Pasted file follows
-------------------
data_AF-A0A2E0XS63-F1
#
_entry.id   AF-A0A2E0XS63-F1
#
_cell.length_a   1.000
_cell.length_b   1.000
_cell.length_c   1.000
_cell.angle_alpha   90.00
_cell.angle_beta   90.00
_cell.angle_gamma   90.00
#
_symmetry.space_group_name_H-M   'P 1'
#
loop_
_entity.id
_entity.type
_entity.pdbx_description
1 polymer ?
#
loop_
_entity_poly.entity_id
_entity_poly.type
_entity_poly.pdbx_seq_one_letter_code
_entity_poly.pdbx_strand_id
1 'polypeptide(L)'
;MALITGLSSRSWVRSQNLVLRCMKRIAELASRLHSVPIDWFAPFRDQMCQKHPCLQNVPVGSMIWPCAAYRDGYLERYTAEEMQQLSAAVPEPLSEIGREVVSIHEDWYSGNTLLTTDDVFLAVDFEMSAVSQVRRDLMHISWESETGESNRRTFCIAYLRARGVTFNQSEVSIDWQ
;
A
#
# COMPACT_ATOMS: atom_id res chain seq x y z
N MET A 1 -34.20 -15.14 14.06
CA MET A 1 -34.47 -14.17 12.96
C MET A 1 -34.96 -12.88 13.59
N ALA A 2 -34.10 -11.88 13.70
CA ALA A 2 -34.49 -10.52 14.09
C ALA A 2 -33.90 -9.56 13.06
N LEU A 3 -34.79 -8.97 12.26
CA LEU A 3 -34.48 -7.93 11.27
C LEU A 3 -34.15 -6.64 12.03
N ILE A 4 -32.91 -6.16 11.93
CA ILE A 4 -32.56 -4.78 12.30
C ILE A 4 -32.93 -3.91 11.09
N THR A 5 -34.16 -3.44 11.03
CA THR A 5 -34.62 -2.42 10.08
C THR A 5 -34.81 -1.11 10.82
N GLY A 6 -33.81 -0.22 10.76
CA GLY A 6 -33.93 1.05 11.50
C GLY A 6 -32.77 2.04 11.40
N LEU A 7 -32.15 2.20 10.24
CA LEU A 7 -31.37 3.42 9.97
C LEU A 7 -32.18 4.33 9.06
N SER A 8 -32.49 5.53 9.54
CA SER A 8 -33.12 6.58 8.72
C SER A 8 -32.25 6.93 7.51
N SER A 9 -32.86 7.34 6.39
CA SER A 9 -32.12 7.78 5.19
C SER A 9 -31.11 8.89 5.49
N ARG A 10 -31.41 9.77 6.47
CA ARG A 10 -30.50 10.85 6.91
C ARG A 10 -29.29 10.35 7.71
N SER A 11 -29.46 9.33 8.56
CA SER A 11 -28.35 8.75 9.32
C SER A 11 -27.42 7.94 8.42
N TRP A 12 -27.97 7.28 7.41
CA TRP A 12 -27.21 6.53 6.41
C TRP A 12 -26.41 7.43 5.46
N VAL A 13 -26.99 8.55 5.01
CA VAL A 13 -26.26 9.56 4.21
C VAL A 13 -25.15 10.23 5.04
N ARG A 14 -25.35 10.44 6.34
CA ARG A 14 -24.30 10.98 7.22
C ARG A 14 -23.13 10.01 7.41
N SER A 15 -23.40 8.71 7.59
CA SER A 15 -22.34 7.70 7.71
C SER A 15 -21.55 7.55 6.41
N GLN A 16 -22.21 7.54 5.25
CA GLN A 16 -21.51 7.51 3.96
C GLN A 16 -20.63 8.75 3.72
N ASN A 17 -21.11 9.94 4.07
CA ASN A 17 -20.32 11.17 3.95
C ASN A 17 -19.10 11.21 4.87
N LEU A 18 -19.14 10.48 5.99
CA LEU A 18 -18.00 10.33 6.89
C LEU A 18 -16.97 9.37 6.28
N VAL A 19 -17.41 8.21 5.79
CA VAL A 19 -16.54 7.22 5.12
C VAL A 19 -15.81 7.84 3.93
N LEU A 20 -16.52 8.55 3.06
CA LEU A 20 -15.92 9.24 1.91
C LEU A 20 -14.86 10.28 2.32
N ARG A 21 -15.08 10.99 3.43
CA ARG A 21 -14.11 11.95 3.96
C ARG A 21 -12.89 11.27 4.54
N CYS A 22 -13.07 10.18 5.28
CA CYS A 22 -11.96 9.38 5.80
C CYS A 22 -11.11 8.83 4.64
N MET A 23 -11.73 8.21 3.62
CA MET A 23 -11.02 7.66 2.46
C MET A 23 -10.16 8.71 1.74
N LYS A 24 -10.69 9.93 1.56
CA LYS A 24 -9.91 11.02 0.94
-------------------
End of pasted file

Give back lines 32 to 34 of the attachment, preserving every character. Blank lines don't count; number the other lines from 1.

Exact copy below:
CA MET A 1 -34.47 -14.17 12.96
C MET A 1 -34.96 -12.88 13.59
N ALA A 2 -34.10 -11.88 13.70